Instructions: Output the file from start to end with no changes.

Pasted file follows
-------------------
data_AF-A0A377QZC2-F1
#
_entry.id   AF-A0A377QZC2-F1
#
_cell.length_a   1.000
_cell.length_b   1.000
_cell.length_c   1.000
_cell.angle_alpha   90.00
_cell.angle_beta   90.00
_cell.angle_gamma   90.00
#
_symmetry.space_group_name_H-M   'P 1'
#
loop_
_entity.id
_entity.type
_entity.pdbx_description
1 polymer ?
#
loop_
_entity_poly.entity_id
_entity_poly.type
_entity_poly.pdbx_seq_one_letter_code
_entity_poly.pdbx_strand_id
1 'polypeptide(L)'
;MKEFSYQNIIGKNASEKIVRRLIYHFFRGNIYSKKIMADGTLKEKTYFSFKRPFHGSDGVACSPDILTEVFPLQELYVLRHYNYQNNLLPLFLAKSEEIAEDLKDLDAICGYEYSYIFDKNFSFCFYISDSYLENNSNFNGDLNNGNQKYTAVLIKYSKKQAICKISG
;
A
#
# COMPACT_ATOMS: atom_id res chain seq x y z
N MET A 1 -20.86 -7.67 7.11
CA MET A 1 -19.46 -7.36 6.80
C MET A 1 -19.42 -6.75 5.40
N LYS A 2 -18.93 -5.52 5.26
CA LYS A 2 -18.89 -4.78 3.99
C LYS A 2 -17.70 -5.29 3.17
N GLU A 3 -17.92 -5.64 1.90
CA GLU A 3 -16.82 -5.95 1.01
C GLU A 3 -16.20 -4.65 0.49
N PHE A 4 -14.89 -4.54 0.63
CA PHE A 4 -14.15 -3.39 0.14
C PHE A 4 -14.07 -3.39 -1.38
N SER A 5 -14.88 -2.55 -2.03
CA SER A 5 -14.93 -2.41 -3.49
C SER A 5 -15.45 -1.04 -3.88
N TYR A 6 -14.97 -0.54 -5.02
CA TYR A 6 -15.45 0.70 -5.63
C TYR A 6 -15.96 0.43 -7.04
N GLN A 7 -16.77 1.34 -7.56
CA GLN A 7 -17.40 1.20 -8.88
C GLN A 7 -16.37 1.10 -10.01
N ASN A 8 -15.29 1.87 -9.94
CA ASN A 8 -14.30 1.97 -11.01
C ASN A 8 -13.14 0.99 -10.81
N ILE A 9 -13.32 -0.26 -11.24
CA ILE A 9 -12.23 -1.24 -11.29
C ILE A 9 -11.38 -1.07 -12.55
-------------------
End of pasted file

data_AF-A0A377QZC2-F1
#
_entry.id   AF-A0A377QZC2-F1
#
_cell.length_a   1.000
_cell.length_b   1.000
_cell.length_c   1.000
_cell.angle_alpha   90.00
_cell.angle_beta   90.00
_cell.angle_gamma   90.00
#
_symmetry.space_group_name_H-M   'P 1'
#
loop_
_entity.id
_entity.type
_entity.pdbx_description
1 polymer ?
#
loop_
_entity_poly.entity_id
_entity_poly.type
_entity_poly.pdbx_seq_one_letter_code
_entity_poly.pdbx_strand_id
1 'polypeptide(L)'
;MKEFSYQNIIGKNASEKIVRRLIYHFFRGNIYSKKIMADGTLKEKTYFSFKRPFHGSDGVACSPDILTEVFPLQELYVLRHYNYQNNLLPLFLAKSEEIAEDLKDLDAICGYEYSYIFDKNFSFCFYISDSYLENNSNFNGDLNNGNQKYTAVLIKYSKKQAICKISG
;
A
#
# COMPACT_ATOMS: atom_id res chain seq x y z
N MET A 1 -20.86 -7.67 7.11
CA MET A 1 -19.46 -7.36 6.80
C MET A 1 -19.42 -6.75 5.40
N LYS A 2 -18.93 -5.52 5.26
CA LYS A 2 -18.89 -4.78 3.99
C LYS A 2 -17.70 -5.29 3.17
N GLU A 3 -17.92 -5.64 1.90
CA GLU A 3 -16.82 -5.95 1.01
C GLU A 3 -16.20 -4.65 0.49
N PHE A 4 -14.89 -4.54 0.63
CA PHE A 4 -14.15 -3.39 0.14
C PHE A 4 -14.07 -3.39 -1.38
N SER A 5 -14.88 -2.55 -2.03
CA SER A 5 -14.93 -2.41 -3.49
C SER A 5 -15.45 -1.04 -3.88
N TYR A 6 -14.97 -0.54 -5.02
CA TYR A 6 -15.45 0.70 -5.63
C TYR A 6 -15.96 0.43 -7.04
N GLN A 7 -16.77 1.34 -7.56
CA GLN A 7 -17.40 1.20 -8.88
C GLN A 7 -16.37 1.10 -10.01
N ASN A 8 -15.29 1.87 -9.94
CA ASN A 8 -14.30 1.97 -11.01
C ASN A 8 -13.14 0.99 -10.81
N ILE A 9 -13.32 -0.26 -11.24
CA ILE A 9 -12.23 -1.24 -11.29
C ILE A 9 -11.38 -1.07 -12.55